Hackensack Meridian Health Recognized On 2021 Diversityinc Top Hospitals & Health Systems List

May 7, 2021

Debut appearance on distinguished list recognizes health network’s extensive initiatives to promote a diverse, equitable and inclusive culture

Hackensack Meridian Health, New Jersey’s largest and most comprehensive health network, was recognized for the first time ever on DiversityInc’s 2021 Top Hospitals & Health Systems list. This award is the result of a highly competitive survey conducted by DiversityInc.

Hackensack Meridian Health placed 11th overall in this year’s ranking, joining the following national hospitals and health systems:

  • Northwell Health
  • Ohio Health
  • Lee Moffitt Cancer Center & Research Institute
  • Mayo Clinic
  • Cleveland Clinic
  • Cardinal Health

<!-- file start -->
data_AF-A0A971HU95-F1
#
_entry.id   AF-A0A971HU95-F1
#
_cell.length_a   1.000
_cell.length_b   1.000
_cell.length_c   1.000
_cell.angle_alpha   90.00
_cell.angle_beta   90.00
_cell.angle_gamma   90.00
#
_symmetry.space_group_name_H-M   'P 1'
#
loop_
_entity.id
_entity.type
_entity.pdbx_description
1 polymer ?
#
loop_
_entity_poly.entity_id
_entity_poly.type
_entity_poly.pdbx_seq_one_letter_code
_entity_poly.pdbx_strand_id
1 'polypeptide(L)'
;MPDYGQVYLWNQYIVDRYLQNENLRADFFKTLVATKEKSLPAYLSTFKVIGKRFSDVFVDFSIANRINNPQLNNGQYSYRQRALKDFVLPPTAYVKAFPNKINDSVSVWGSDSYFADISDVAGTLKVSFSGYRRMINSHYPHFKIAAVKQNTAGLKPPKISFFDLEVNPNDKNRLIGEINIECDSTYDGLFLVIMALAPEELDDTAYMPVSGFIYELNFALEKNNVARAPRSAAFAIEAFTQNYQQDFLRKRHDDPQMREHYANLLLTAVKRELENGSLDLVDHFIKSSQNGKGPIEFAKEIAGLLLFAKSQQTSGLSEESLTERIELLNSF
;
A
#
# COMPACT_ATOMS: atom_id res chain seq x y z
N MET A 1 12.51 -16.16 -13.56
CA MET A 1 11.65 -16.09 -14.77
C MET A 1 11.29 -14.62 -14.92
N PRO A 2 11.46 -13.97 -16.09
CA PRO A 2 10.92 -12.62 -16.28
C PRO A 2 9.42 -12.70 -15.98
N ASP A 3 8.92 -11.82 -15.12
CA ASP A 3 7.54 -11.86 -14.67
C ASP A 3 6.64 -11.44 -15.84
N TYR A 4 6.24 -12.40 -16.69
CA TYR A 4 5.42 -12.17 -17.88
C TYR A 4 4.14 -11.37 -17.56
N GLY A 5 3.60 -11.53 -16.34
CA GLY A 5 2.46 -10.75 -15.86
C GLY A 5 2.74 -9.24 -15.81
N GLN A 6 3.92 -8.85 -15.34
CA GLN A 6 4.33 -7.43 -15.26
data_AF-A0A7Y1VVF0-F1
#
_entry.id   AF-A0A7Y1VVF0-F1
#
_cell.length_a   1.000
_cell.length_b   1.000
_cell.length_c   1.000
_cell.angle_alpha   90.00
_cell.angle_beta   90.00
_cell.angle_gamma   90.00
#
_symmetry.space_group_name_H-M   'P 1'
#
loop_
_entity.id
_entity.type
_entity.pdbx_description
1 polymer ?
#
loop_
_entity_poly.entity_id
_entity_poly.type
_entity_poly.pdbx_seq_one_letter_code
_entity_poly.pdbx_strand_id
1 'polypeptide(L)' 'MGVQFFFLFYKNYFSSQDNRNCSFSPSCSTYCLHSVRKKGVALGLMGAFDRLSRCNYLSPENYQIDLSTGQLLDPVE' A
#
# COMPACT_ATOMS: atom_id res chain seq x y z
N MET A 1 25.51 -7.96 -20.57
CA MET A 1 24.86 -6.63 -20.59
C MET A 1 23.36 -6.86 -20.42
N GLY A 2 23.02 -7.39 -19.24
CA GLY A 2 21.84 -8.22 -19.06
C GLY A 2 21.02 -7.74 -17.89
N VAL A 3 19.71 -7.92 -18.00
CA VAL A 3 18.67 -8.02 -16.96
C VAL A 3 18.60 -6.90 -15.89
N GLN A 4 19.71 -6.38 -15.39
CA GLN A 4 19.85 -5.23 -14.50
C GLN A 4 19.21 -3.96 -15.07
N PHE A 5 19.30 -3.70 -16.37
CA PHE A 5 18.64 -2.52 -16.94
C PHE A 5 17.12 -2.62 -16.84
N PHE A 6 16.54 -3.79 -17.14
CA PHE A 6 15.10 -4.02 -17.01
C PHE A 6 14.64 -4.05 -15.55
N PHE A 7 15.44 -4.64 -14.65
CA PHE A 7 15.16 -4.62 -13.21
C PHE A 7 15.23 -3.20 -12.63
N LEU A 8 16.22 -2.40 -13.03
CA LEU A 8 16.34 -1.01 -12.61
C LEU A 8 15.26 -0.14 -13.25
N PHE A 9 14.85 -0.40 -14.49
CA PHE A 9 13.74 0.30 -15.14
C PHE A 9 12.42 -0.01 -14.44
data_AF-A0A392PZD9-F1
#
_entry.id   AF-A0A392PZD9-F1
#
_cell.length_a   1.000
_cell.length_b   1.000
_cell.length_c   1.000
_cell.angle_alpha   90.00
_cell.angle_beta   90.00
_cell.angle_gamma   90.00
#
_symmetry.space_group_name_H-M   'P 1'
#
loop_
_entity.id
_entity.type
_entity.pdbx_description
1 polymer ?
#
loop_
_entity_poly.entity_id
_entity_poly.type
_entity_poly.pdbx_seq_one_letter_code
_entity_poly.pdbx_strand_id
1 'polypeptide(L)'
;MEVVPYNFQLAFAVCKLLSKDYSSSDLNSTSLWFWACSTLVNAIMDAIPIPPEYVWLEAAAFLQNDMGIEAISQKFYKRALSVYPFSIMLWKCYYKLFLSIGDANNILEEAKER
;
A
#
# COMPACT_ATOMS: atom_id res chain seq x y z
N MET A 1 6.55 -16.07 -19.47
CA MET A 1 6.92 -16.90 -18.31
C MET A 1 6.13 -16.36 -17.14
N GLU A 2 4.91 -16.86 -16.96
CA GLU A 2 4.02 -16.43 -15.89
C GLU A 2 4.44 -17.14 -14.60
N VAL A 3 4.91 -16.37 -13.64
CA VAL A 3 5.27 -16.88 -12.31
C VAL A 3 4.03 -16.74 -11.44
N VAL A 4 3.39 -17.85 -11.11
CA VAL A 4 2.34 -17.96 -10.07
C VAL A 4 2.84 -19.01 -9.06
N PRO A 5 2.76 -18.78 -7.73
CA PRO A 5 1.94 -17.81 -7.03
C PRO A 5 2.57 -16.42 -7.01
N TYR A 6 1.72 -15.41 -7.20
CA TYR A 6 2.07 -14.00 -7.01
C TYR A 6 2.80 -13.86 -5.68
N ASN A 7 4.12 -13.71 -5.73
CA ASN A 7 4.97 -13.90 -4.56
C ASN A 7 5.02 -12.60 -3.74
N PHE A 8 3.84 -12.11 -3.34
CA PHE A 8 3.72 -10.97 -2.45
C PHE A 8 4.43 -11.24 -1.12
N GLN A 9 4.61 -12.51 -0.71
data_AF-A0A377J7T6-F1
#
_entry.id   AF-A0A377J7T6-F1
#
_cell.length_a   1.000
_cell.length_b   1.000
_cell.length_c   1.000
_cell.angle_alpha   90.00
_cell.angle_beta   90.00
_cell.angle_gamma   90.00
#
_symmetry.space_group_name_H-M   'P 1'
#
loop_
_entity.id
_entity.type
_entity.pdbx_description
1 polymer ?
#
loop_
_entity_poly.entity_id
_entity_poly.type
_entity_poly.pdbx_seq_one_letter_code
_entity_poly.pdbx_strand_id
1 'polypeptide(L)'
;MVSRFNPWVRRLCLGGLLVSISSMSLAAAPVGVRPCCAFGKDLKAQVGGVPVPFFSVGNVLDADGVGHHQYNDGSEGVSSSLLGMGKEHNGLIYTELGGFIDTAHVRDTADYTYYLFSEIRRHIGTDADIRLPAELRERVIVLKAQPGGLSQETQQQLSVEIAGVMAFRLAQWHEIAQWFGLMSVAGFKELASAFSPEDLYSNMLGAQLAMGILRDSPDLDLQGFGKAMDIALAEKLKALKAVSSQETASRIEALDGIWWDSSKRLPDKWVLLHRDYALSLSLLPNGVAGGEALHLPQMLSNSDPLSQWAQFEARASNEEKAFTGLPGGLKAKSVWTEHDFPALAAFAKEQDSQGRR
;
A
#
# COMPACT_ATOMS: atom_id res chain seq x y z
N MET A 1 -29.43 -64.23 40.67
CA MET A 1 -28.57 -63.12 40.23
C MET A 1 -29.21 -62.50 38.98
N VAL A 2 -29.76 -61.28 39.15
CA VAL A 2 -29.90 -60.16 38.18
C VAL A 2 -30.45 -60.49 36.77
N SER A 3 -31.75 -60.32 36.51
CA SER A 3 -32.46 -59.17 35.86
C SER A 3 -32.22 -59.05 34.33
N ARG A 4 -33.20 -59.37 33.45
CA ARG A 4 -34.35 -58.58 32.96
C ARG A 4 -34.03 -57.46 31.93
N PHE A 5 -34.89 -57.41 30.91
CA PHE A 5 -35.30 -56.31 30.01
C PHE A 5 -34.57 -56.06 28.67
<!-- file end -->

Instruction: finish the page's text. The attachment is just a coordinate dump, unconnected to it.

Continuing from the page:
• Henry Ford Health System
  • City of Hope
  • Jefferson Health
  • Yale New Haven Health System
  • NYU Langone Health

“We are honored to be named to DiversityInc’s list of top hospitals and health systems, which recognizes our longstanding history of ensuring equality and opportunity for all in our hospitals and care locations,” said Robert C. Garrett, FACHE, CEO of Hackensack Meridian Health. “This is only the beginning as we deepen our commitment to champion equality for all team members, and advance our comprehensive strategy to eliminate disparities to ensure health equity and quality outcomes for all people.”